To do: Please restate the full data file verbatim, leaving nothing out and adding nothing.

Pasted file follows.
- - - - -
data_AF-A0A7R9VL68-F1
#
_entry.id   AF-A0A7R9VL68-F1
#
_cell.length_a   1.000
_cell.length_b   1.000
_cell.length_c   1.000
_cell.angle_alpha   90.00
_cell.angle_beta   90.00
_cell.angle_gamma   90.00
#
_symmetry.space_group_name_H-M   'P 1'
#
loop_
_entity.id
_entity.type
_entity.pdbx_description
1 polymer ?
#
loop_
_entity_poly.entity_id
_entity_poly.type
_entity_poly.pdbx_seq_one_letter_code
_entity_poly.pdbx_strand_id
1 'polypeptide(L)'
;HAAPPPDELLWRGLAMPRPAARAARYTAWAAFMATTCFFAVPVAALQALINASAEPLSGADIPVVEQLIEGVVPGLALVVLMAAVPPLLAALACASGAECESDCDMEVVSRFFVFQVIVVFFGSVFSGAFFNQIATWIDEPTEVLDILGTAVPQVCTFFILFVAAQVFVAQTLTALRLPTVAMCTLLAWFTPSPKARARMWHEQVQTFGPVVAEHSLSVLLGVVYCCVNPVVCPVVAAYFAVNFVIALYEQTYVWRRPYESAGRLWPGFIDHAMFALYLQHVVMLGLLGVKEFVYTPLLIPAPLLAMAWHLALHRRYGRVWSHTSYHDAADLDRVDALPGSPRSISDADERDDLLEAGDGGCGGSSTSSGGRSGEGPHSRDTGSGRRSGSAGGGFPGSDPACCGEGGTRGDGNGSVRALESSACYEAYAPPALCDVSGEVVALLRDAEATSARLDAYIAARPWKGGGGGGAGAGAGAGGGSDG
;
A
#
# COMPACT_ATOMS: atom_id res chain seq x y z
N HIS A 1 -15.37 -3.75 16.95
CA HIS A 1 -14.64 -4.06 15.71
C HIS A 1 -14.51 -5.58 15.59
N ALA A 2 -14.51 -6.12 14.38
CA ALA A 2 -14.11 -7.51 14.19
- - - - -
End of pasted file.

data_AF-A0A7R9VL68-F1
#
_entry.id   AF-A0A7R9VL68-F1
#
_cell.length_a   1.000
_cell.length_b   1.000
_cell.length_c   1.000
_cell.angle_alpha   90.00
_cell.angle_beta   90.00
_cell.angle_gamma   90.00
#
_symmetry.space_group_name_H-M   'P 1'
#
loop_
_entity.id
_entity.type
_entity.pdbx_description
1 polymer ?
#
loop_
_entity_poly.entity_id
_entity_poly.type
_entity_poly.pdbx_seq_one_letter_code
_entity_poly.pdbx_strand_id
1 'polypeptide(L)'
;HAAPPPDELLWRGLAMPRPAARAARYTAWAAFMATTCFFAVPVAALQALINASAEPLSGADIPVVEQLIEGVVPGLALVVLMAAVPPLLAALACASGAECESDCDMEVVSRFFVFQVIVVFFGSVFSGAFFNQIATWIDEPTEVLDILGTAVPQVCTFFILFVAAQVFVAQTLTALRLPTVAMCTLLAWFTPSPKARARMWHEQVQTFGPVVAEHSLSVLLGVVYCCVNPVVCPVVAAYFAVNFVIALYEQTYVWRRPYESAGRLWPGFIDHAMFALYLQHVVMLGLLGVKEFVYTPLLIPAPLLAMAWHLALHRRYGRVWSHTSYHDAADLDRVDALPGSPRSISDADERDDLLEAGDGGCGGSSTSSGGRSGEGPHSRDTGSGRRSGSAGGGFPGSDPACCGEGGTRGDGNGSVRALESSACYEAYAPPALCDVSGEVVALLRDAEATSARLDAYIAARPWKGGGGGGAGAGAGAGGGSDG
;
A
#
# COMPACT_ATOMS: atom_id res chain seq x y z
N HIS A 1 -15.37 -3.75 16.95
CA HIS A 1 -14.64 -4.06 15.71
C HIS A 1 -14.51 -5.58 15.59
N ALA A 2 -14.51 -6.12 14.38
CA ALA A 2 -14.11 -7.51 14.19